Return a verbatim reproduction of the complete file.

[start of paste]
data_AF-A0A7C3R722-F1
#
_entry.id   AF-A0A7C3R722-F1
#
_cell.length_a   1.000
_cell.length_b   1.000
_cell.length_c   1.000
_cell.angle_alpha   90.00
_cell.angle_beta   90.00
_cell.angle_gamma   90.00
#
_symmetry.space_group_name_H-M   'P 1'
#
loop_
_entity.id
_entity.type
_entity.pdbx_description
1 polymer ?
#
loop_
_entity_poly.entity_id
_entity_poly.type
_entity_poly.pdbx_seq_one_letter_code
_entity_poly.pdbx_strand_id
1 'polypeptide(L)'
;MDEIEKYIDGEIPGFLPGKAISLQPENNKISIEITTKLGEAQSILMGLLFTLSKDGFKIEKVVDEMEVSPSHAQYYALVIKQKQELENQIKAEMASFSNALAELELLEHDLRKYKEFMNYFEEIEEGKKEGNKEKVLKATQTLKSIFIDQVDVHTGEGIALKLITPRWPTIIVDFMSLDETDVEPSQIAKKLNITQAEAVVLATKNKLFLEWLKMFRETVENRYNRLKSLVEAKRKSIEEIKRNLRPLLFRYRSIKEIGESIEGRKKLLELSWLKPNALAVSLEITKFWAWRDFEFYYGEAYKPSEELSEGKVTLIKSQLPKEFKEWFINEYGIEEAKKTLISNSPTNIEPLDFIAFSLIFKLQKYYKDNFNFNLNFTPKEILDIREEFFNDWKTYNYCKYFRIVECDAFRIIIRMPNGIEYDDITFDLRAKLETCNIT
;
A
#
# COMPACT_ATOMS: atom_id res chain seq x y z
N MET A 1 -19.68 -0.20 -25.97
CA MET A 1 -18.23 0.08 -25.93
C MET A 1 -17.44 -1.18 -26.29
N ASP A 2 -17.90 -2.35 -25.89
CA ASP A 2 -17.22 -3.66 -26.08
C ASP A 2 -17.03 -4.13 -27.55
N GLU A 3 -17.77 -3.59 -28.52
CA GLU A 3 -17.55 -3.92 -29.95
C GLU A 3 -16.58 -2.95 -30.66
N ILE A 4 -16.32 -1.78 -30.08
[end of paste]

data_AF-A0A7C3R722-F1
#
_entry.id   AF-A0A7C3R722-F1
#
_cell.length_a   1.000
_cell.length_b   1.000
_cell.length_c   1.000
_cell.angle_alpha   90.00
_cell.angle_beta   90.00
_cell.angle_gamma   90.00
#
_symmetry.space_group_name_H-M   'P 1'
#
loop_
_entity.id
_entity.type
_entity.pdbx_description
1 polymer ?
#
loop_
_entity_poly.entity_id
_entity_poly.type
_entity_poly.pdbx_seq_one_letter_code
_entity_poly.pdbx_strand_id
1 'polypeptide(L)'
;MDEIEKYIDGEIPGFLPGKAISLQPENNKISIEITTKLGEAQSILMGLLFTLSKDGFKIEKVVDEMEVSPSHAQYYALVIKQKQELENQIKAEMASFSNALAELELLEHDLRKYKEFMNYFEEIEEGKKEGNKEKVLKATQTLKSIFIDQVDVHTGEGIALKLITPRWPTIIVDFMSLDETDVEPSQIAKKLNITQAEAVVLATKNKLFLEWLKMFRETVENRYNRLKSLVEAKRKSIEEIKRNLRPLLFRYRSIKEIGESIEGRKKLLELSWLKPNALAVSLEITKFWAWRDFEFYYGEAYKPSEELSEGKVTLIKSQLPKEFKEWFINEYGIEEAKKTLISNSPTNIEPLDFIAFSLIFKLQKYYKDNFNFNLNFTPKEILDIREEFFNDWKTYNYCKYFRIVECDAFRIIIRMPNGIEYDDITFDLRAKLETCNIT
;
A
#
# COMPACT_ATOMS: atom_id res chain seq x y z
N MET A 1 -19.68 -0.20 -25.97
CA MET A 1 -18.23 0.08 -25.93
C MET A 1 -17.44 -1.18 -26.29
N ASP A 2 -17.90 -2.35 -25.89
CA ASP A 2 -17.22 -3.66 -26.08
C ASP A 2 -17.03 -4.13 -27.55
N GLU A 3 -17.77 -3.59 -28.52
CA GLU A 3 -17.55 -3.92 -29.95
C GLU A 3 -16.58 -2.95 -30.66
N ILE A 4 -16.32 -1.78 -30.08